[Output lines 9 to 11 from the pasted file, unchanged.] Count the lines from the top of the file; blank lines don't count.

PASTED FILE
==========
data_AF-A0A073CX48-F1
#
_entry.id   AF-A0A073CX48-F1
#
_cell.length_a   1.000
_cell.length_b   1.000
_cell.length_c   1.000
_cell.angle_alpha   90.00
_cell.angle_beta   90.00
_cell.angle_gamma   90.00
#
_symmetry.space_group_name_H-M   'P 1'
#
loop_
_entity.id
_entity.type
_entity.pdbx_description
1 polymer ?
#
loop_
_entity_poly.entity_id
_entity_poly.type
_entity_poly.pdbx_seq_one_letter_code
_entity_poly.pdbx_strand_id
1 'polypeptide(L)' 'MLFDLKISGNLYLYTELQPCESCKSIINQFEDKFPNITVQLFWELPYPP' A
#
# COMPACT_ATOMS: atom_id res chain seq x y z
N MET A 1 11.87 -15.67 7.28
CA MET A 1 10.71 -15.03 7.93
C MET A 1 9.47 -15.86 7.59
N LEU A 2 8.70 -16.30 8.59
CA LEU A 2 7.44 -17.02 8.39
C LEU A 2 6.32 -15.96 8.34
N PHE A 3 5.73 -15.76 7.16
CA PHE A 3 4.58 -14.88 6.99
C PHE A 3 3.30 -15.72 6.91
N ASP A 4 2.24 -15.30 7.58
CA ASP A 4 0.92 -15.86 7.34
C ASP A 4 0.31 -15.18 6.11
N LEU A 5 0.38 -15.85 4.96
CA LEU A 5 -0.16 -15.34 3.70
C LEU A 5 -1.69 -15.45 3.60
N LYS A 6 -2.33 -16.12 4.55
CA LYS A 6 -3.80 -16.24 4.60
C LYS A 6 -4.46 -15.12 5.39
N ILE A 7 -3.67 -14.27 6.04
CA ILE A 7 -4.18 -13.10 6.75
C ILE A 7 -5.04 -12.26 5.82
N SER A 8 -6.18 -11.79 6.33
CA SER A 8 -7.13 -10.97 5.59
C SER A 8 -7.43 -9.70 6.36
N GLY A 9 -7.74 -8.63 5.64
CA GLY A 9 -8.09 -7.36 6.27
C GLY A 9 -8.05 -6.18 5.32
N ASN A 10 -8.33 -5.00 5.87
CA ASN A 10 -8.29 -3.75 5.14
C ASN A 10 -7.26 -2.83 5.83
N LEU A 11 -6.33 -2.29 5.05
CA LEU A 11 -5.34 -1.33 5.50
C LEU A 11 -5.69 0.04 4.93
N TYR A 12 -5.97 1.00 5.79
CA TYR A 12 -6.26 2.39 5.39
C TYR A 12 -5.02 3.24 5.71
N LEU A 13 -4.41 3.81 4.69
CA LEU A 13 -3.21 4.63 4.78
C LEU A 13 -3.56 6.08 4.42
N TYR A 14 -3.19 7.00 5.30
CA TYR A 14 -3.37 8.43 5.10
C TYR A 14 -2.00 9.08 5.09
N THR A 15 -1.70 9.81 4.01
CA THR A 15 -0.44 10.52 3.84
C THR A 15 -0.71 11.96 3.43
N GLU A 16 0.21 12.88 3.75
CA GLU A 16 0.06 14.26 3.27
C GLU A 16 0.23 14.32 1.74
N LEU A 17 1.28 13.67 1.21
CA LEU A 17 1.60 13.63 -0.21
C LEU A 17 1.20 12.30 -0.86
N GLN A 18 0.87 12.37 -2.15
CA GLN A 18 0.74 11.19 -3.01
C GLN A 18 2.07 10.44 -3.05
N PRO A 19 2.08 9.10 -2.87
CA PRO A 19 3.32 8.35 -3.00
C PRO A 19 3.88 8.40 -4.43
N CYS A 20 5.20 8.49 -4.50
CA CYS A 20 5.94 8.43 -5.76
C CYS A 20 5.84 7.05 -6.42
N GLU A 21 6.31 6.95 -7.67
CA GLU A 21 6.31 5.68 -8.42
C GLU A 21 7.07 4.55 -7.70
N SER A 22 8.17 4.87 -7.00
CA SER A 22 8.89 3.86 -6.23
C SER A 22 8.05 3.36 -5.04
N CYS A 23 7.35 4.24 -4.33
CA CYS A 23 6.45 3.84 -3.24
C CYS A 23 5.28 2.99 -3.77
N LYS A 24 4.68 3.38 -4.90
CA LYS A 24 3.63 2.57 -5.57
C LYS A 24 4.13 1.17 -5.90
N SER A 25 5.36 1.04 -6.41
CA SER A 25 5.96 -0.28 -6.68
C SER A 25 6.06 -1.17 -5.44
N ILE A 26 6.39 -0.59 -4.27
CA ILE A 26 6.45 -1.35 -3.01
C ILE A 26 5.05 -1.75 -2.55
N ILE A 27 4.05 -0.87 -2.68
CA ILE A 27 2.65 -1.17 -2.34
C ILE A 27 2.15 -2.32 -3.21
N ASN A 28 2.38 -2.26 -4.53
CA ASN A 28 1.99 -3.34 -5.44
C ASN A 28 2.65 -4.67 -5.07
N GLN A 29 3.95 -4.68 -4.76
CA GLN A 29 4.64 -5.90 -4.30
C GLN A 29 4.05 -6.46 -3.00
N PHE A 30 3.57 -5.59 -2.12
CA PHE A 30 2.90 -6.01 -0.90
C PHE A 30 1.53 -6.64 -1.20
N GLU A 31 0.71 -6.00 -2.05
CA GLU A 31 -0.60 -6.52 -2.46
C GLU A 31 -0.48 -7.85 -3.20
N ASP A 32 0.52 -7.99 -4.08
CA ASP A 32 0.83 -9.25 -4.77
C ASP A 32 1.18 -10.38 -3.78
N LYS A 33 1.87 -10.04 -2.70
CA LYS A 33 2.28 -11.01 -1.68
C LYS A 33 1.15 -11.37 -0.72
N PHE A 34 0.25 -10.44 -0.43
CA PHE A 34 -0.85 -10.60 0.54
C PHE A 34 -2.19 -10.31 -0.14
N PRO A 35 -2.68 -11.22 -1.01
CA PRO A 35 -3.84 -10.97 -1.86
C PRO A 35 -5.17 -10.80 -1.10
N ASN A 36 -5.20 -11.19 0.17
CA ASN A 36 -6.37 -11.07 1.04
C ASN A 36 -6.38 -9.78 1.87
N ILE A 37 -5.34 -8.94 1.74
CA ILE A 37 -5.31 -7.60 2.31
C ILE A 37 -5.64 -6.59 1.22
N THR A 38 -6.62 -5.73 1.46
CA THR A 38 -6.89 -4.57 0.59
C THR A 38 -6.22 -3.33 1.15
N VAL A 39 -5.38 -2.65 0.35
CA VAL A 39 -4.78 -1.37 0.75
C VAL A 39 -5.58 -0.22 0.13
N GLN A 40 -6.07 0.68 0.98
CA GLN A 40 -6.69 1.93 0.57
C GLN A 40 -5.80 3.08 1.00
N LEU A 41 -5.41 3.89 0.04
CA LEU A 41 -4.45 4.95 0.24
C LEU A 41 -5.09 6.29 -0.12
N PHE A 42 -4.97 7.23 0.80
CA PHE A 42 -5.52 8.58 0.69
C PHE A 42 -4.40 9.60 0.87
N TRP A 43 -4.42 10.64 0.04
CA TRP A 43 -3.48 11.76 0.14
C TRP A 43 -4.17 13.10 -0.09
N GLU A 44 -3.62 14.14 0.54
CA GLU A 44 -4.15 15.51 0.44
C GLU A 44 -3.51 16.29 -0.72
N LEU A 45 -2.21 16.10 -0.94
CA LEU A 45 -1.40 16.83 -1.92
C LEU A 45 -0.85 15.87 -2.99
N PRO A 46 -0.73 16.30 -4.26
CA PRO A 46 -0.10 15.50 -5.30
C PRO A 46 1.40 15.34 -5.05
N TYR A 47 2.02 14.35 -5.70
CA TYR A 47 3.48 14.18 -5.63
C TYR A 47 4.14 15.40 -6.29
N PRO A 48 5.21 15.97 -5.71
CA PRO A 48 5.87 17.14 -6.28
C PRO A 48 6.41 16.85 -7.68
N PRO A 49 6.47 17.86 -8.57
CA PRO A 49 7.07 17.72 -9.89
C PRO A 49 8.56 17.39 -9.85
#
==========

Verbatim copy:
_cell.angle_beta   90.00
_cell.angle_gamma   90.00
#